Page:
Field Journal #2

While watching birds in my backyard in Shelburne Vermont I was able to identify several birds gathered around the bird feeder. This time of observation started at 12pm and lasted roughly an hour. The weather was 27 degrees Fahrenheit with a slow breeze heading to the north. The goal of this observation time was to gain a better understanding of basic flight patterns and I felt a bird feeder would be the easiest way to do this rather than walking a trail.
While observing the birds I started to pay close attention to their distinct flight patterns and behaviors. Specifically the two species I observed were the Northern Cardinal and Black-Capped Chickadee. These are species that can be quite regularly found at the bird feeder during this time of year. When watching the Northern Cardinal’s flight patterns I noticed that they alternated flaps of their wings often pulling their wings all the way to their sides. When observing the Black-Capped Chickadees I noticed they quickly moved from spot to spot with rapid wing flaps. However when Chickadees would fly longer they would flap their wings in rhythmic patterns dipping down and rising back up after each flurry of flaps.
This pattern of flight by Black-Capped Chickadees could be used in future field observations in the wild where the birds will not be inclined to hang around something like the feeder. For Cardinals their color makes it quite easy for them to be identified however for female Cardinals this flight pattern could aid in identifying this species while in the wild.
In total four types of birds were found gathered around the feeder: Northern Cardinal, Black-Capped Chickadee, House Sparrow and Dark-Eyed Junco. There are many reasons that only a few species were seen during my time observing the bird feeder. The most obvious being the location, in such an open spot with little vegetation it was not likely for me to see a very diverse group of birds. Only the birds that are small enough and comfortable visiting the feeder would be likely to be seen there. If I were to explore this area more in depth I would venture in to the forest more and locate birds away from the feeder. There is quite a lot of trails around my neighborhood and I think I would have a lot more luck finding a more diverse group and greater number of birds there.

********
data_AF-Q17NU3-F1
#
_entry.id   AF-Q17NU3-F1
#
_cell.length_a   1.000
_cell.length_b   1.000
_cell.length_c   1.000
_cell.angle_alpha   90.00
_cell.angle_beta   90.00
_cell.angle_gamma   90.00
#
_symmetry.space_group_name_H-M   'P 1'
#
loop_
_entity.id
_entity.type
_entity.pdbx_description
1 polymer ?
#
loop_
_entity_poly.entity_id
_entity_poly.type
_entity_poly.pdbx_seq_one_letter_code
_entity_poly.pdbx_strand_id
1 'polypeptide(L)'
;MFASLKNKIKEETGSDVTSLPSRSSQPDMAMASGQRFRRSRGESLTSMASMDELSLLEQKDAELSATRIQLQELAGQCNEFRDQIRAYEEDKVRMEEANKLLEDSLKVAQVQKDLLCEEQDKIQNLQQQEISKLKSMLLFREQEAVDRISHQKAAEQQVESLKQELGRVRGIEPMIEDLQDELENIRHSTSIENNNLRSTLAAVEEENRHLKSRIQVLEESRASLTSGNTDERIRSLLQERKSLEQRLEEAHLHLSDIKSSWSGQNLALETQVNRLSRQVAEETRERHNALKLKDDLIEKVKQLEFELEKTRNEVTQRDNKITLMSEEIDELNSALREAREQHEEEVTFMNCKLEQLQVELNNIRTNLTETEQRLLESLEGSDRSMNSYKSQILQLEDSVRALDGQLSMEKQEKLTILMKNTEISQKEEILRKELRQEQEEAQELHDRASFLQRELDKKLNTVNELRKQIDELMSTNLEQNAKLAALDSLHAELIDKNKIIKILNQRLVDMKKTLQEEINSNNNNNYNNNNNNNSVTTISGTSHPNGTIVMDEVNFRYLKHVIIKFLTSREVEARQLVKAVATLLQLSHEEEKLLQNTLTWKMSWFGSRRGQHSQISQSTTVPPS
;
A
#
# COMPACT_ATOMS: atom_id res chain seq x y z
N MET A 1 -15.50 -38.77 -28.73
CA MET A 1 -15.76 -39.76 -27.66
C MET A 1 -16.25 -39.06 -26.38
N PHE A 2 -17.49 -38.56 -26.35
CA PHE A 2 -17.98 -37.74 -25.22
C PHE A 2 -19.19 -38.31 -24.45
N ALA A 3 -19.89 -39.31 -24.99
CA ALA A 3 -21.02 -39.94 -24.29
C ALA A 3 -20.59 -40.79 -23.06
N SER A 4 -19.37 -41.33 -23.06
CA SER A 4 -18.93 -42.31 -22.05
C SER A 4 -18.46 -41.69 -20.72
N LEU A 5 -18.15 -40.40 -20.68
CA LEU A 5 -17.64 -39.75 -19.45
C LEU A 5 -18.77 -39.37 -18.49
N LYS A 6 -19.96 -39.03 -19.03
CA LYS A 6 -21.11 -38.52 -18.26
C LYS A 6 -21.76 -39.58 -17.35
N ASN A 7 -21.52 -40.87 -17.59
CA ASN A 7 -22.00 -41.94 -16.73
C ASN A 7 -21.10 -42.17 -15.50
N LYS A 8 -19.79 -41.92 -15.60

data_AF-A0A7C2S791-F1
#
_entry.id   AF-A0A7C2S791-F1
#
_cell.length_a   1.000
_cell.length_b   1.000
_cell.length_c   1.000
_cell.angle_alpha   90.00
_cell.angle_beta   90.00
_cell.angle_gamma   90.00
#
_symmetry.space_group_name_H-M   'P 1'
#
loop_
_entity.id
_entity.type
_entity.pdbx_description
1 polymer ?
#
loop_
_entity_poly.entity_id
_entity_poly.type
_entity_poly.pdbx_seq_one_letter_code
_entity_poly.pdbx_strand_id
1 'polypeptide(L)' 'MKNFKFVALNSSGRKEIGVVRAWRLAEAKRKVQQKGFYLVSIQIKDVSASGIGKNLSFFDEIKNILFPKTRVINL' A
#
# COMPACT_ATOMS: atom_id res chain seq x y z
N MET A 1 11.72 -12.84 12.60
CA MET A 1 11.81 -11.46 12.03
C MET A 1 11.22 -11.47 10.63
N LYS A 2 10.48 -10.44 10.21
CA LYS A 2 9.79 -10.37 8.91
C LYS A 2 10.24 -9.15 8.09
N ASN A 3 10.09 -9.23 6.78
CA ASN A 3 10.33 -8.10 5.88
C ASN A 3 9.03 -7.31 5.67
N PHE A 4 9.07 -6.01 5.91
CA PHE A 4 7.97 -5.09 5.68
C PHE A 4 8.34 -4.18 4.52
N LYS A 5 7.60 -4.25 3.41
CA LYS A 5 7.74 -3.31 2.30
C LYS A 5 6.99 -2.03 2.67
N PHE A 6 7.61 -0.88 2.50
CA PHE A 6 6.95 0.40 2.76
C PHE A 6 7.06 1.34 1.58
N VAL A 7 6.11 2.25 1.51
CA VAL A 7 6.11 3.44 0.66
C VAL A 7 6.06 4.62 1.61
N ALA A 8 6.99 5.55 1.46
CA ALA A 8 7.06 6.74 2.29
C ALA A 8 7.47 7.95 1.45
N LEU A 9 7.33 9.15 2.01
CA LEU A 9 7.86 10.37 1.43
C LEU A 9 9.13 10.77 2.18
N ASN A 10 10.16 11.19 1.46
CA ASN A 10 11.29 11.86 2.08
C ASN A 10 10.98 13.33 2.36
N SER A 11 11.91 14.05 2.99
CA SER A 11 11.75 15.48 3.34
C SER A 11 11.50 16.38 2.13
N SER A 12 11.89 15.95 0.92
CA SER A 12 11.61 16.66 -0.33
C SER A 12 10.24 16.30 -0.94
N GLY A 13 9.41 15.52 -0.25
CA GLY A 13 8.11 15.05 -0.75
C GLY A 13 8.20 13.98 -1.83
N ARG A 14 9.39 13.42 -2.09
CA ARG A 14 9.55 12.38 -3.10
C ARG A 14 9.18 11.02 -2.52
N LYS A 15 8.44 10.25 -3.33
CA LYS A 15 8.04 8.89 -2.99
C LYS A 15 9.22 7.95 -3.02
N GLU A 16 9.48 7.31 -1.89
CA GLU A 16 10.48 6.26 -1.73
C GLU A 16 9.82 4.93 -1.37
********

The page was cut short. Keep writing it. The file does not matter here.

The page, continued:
Posted by colinlach colinlach, February 18, 2020 23:47

Observations

Photos / Sounds

No photos or sounds

What

Northern Cardinal Cardinalis cardinalis

Observer

colinlach

Date

February 17, 2020

Photos / Sounds

No photos or sounds

What

House Sparrow Passer domesticus

Observer

colinlach

Date

February 17, 2020

Photos / Sounds

No photos or sounds

What

Black-capped Chickadee Poecile atricapillus

Observer

colinlach

Date

February 17, 2020

Photos / Sounds

No photos or sounds

What

Dark-eyed Junco Junco hyemalis

Observer

colinlach

Date

February 17, 2020

Comments

Thumb

Interesting journal entry. I didn't see any photos or recordings in your observations which you'll want to include for next time. Also, when you enter your observations, add an observation field that records the number of individuals observed. The other suggestion I have is to spend some more time discussing habitat. I know in this case there is less to talk about with the feeder, but you could discuss things like how far the next houses are, how far the nearest woods are, what elevation you are at, etc. Then you can reflect this information in the observations you make. I liked the way you discussed the predictability of species based on the spot you were watching.

Posted by chloesardonis 3 months ago (Flag)

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